Why aluminum prices work in producers’ favor

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Sep. 11 2014, Updated 1:00 p.m. ET

Aluminum pricing mechanism

Aluminum pricing is a complex mechanism. There are various components to the pricing. The primary reference point is the quoted price on the London Metal Exchange (or LME). Along with this price, the aluminum buyers have to pay a premium for receiving metal deliveries. This premium varies between different regions. It depends on a lot of factors. One of the key pricing components is the rent that the warehouses charge for storing the metal. Warehouses complained about hoarding. This was recently overturned by a U.S. court. Let’s understand this is greater detail.

U.S. courts dismissed aluminum buyers’ plea

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Aluminum prices have fallen from their peak. There’s a massive inventory stockpile in the markets. However, there are still long waiting times for the aluminum’s physical delivery. The delivery time at warehouses are at record levels. It’s important to note that many of these warehouses are owned by large banks like Goldman Sachs and JPMorgan Chase. Aluminum buyers filed a lawsuit. The buyers claimed that the warehouses were planning to restrict aluminum supplies in the market.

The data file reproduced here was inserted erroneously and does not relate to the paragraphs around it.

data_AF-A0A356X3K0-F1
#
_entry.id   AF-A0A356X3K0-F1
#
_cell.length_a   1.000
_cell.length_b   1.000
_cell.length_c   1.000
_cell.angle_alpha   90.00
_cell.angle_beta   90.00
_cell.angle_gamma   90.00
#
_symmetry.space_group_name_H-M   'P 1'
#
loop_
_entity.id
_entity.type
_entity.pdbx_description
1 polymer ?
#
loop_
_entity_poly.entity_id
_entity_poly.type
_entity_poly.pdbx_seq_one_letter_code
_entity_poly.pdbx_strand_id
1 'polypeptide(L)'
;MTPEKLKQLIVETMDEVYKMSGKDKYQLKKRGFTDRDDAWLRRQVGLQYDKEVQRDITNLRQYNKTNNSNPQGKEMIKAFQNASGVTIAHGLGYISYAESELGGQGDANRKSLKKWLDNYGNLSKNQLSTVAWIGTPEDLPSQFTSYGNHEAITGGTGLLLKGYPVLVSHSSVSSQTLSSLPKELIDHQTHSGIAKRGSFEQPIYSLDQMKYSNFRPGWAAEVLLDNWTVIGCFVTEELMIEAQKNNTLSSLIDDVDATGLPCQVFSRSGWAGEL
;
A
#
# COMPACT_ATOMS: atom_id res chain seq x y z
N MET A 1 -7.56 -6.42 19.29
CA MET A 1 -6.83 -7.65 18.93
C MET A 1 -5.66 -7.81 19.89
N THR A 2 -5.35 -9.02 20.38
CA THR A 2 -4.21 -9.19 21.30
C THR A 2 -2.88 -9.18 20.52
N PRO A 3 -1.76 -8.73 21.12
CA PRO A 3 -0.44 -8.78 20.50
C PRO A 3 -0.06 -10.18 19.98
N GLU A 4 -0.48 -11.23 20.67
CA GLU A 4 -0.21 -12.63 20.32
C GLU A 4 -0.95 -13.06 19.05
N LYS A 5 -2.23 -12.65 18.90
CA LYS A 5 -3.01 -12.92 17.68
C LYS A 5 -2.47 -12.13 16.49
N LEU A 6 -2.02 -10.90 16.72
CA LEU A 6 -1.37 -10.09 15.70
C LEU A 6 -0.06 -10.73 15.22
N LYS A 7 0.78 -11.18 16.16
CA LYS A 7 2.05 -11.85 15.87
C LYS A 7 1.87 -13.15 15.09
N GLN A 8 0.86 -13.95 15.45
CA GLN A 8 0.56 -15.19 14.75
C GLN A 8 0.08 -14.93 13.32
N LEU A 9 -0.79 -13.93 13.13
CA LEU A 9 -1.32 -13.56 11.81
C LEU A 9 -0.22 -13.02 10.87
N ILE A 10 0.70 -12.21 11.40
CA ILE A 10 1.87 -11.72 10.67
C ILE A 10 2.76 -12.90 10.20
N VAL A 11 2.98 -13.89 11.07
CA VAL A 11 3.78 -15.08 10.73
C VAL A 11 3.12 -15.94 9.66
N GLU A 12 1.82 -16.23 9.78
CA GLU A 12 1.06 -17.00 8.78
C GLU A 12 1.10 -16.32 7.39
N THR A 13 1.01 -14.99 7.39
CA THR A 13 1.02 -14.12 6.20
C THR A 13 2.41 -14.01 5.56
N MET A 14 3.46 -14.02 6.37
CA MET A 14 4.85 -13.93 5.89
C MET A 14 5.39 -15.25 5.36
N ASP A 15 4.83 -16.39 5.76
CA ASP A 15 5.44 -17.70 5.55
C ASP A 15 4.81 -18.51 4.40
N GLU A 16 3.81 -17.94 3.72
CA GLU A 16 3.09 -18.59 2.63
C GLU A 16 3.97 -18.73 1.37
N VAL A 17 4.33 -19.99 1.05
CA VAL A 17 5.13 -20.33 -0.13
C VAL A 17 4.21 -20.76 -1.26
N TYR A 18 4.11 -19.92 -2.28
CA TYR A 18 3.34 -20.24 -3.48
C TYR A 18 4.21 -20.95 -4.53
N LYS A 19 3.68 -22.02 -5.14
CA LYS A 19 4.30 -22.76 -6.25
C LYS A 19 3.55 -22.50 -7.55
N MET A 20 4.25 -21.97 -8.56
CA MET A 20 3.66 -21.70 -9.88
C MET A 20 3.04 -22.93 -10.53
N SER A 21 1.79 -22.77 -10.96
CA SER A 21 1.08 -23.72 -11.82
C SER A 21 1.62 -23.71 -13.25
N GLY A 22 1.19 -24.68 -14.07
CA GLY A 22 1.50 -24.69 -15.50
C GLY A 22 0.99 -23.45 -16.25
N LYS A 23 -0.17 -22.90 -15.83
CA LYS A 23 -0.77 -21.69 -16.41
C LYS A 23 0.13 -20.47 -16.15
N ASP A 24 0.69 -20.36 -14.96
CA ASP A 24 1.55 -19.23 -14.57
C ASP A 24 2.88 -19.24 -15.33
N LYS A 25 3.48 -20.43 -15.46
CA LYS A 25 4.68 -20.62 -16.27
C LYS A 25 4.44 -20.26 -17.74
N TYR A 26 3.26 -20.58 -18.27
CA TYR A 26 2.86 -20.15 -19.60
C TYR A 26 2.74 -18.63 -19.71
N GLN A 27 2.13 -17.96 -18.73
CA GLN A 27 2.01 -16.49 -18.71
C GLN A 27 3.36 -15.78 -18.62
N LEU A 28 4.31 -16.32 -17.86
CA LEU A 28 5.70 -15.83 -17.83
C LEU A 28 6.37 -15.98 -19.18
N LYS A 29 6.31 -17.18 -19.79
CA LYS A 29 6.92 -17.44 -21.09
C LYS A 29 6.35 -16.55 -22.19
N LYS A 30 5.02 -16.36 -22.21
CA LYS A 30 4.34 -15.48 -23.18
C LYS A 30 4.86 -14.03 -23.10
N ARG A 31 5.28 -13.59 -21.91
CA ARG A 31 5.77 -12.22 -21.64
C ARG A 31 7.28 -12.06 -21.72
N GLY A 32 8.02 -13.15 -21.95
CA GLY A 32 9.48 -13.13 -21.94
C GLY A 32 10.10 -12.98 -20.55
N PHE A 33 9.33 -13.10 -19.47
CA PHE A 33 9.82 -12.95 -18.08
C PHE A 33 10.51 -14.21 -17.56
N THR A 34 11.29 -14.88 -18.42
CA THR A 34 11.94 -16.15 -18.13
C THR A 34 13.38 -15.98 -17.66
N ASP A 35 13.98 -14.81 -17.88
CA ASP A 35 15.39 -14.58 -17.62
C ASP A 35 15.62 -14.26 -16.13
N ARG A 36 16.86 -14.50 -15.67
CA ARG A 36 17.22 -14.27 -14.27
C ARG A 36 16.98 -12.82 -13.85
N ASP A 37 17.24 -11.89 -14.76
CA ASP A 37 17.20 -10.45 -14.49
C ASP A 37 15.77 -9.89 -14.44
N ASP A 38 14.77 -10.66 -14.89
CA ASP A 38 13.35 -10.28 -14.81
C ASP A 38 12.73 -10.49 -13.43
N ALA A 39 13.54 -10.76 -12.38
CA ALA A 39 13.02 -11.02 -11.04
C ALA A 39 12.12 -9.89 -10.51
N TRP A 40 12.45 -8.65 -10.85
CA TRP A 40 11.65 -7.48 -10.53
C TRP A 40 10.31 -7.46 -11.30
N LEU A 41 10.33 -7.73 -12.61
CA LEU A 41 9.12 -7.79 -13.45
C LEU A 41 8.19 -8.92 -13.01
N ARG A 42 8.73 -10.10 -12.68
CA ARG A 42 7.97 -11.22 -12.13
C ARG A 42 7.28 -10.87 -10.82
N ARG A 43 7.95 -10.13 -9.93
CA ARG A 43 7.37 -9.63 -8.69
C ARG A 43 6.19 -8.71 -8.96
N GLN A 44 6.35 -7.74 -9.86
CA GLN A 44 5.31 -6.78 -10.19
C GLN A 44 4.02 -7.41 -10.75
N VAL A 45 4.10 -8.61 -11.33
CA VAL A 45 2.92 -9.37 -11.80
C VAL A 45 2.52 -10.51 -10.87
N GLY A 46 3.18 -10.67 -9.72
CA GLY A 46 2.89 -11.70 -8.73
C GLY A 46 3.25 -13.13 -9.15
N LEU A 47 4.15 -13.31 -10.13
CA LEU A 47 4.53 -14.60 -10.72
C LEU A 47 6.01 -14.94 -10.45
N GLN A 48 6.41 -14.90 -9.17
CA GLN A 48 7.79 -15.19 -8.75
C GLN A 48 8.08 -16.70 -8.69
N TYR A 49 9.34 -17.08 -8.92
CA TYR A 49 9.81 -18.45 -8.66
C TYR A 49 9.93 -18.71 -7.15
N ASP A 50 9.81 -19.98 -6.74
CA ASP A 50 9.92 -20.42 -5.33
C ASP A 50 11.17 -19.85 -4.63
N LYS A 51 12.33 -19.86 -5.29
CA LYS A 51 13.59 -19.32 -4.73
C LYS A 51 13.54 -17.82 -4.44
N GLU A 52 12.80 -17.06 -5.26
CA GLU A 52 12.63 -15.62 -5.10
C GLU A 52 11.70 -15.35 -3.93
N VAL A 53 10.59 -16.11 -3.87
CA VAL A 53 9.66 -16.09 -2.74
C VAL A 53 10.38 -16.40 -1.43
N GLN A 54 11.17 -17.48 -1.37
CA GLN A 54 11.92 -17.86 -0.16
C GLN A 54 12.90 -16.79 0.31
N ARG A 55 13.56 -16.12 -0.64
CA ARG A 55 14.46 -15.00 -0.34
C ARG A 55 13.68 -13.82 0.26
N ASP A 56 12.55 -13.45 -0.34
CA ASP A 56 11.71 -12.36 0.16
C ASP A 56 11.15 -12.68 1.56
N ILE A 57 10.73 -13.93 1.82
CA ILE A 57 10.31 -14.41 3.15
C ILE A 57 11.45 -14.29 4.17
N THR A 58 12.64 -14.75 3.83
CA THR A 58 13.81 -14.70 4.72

Recently, the antitrust suit was dismissed by U.S. District Judge Katherine B. Forrest. The judge didn’t find any evidence of an alleged conspiracy by the warehouses. This was a relief for aluminum producers. As a result, their stocks rallied on Wall Street. These premiums increase revenues for aluminum companies like Century Aluminum (CENX), Alcoa (AA), Kaiser Aluminum Corp. (KALU), and Constellium (CSTM). The SPDR S&P Metals and Mining ETF (XME) invest in these metal companies.

Earlier this year an LME rule was overturned by a court in the United Kingdom. The LME rule involved changing the warehousing rules. This ruling was meant to increase the aluminum supply in the market. You can read more about this here. In the next part of the series, we’ll analyze Century Aluminum’s outlook.

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